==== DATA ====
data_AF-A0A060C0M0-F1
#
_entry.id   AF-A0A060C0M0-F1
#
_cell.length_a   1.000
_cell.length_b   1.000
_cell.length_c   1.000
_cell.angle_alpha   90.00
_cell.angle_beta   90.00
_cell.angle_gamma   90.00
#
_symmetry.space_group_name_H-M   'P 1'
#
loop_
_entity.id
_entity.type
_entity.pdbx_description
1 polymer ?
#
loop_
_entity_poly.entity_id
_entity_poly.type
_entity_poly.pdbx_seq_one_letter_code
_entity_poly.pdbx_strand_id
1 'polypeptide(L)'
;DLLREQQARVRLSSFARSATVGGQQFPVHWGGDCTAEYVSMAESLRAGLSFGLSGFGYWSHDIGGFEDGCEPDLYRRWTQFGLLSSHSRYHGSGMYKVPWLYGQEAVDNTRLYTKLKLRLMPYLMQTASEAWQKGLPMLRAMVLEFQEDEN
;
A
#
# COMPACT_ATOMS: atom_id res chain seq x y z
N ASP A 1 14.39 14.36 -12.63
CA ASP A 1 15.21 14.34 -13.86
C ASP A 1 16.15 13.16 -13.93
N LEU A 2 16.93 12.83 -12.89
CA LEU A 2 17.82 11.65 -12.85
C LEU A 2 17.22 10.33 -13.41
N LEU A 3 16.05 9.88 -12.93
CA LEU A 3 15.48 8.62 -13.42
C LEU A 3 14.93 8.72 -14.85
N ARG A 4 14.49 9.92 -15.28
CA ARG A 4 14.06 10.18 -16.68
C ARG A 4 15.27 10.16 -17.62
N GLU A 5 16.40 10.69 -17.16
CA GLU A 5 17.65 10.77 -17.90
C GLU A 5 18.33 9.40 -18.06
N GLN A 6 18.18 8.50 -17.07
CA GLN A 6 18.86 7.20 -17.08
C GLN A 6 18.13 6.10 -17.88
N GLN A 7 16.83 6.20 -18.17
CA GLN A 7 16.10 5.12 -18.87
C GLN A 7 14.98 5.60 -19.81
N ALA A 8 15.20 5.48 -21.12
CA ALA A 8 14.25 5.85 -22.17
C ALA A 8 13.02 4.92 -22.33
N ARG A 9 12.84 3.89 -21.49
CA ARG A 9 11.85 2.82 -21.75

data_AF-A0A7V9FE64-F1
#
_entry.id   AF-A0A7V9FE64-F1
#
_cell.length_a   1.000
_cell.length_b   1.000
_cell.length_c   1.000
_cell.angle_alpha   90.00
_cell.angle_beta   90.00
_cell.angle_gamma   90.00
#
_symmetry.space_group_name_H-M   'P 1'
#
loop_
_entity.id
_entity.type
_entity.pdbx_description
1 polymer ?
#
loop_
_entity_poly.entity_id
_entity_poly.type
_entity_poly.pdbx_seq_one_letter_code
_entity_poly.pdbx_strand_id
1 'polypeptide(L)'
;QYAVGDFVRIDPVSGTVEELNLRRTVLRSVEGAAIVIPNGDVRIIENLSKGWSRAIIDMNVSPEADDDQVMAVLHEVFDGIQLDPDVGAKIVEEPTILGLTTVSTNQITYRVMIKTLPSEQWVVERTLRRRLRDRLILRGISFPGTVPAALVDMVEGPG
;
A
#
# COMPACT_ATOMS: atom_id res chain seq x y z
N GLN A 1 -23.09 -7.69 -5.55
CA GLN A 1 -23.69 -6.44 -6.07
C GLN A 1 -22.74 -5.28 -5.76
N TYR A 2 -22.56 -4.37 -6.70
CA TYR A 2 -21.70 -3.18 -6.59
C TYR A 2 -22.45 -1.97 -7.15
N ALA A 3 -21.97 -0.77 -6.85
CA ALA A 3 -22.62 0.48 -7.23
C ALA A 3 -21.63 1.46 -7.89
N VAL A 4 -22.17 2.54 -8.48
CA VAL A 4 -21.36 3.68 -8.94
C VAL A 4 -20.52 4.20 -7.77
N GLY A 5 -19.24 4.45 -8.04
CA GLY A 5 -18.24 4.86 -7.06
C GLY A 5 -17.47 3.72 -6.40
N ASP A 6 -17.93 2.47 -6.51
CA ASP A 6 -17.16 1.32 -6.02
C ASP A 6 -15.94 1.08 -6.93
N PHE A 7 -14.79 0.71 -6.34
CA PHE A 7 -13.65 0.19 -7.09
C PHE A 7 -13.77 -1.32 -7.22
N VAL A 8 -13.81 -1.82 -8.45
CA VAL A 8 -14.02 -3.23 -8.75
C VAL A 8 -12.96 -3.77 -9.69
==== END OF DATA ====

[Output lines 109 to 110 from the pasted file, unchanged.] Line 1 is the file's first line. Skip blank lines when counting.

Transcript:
CA VAL A 8 -14.02 -3.23 -8.75
C VAL A 8 -12.96 -3.77 -9.69